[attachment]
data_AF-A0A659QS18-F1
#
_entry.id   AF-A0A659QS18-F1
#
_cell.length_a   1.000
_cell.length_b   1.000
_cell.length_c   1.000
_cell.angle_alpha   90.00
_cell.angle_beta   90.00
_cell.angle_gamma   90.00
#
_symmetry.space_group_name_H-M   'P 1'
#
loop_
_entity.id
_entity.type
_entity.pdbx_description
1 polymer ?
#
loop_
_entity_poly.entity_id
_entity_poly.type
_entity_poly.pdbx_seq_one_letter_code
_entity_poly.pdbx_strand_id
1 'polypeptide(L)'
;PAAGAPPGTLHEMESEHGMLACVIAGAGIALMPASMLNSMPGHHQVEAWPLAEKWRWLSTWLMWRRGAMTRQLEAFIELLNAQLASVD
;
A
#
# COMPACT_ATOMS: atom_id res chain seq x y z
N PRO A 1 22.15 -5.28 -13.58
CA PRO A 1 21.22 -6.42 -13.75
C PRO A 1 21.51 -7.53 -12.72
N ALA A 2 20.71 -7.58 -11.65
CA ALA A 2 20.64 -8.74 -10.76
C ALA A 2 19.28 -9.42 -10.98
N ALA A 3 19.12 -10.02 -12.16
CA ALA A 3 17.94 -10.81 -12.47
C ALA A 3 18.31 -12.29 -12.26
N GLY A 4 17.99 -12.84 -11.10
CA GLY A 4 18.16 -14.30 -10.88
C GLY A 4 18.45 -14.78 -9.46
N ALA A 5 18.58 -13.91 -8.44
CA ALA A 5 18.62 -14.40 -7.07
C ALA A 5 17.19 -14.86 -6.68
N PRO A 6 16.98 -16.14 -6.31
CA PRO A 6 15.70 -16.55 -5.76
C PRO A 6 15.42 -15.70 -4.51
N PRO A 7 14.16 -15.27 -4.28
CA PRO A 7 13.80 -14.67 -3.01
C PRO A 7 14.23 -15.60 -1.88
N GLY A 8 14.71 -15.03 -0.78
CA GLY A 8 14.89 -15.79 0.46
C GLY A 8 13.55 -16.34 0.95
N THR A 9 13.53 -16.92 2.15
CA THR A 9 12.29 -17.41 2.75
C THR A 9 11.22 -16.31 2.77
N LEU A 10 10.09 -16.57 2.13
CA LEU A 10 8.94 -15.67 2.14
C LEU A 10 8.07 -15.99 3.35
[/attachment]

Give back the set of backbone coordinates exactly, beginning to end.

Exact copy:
data_AF-A0A659QS18-F1
#
_entry.id   AF-A0A659QS18-F1
#
_cell.length_a   1.000
_cell.length_b   1.000
_cell.length_c   1.000
_cell.angle_alpha   90.00
_cell.angle_beta   90.00
_cell.angle_gamma   90.00
#
_symmetry.space_group_name_H-M   'P 1'
#
loop_
_entity.id
_entity.type
_entity.pdbx_description
1 polymer ?
#
loop_
_entity_poly.entity_id
_entity_poly.type
_entity_poly.pdbx_seq_one_letter_code
_entity_poly.pdbx_strand_id
1 'polypeptide(L)'
;PAAGAPPGTLHEMESEHGMLACVIAGAGIALMPASMLNSMPGHHQVEAWPLAEKWRWLSTWLMWRRGAMTRQLEAFIELLNAQLASVD
;
A
#
# COMPACT_ATOMS: atom_id res chain seq x y z
N PRO A 1 22.15 -5.28 -13.58
CA PRO A 1 21.22 -6.42 -13.75
C PRO A 1 21.51 -7.53 -12.72
N ALA A 2 20.71 -7.58 -11.65
CA ALA A 2 20.64 -8.74 -10.76
C ALA A 2 19.28 -9.42 -10.98
N ALA A 3 19.12 -10.02 -12.16
CA ALA A 3 17.94 -10.81 -12.47
C ALA A 3 18.31 -12.29 -12.26
N GLY A 4 17.99 -12.84 -11.10
CA GLY A 4 18.16 -14.30 -10.88
C GLY A 4 18.45 -14.78 -9.46
N ALA A 5 18.58 -13.91 -8.44
CA ALA A 5 18.62 -14.40 -7.07
C ALA A 5 17.19 -14.86 -6.68
N PRO A 6 16.98 -16.14 -6.31
CA PRO A 6 15.70 -16.55 -5.76
C PRO A 6 15.42 -15.70 -4.51
N PRO A 7 14.16 -15.27 -4.28
CA PRO A 7 13.80 -14.67 -3.01
C PRO A 7 14.23 -15.60 -1.88
N GLY A 8 14.71 -15.03 -0.78
CA GLY A 8 14.89 -15.79 0.46
C GLY A 8 13.55 -16.34 0.95
N THR A 9 13.53 -16.92 2.15
CA THR A 9 12.29 -17.41 2.75
C THR A 9 11.22 -16.31 2.77
N LEU A 10 10.09 -16.57 2.13
CA LEU A 10 8.94 -15.67 2.14
C LEU A 10 8.07 -15.99 3.35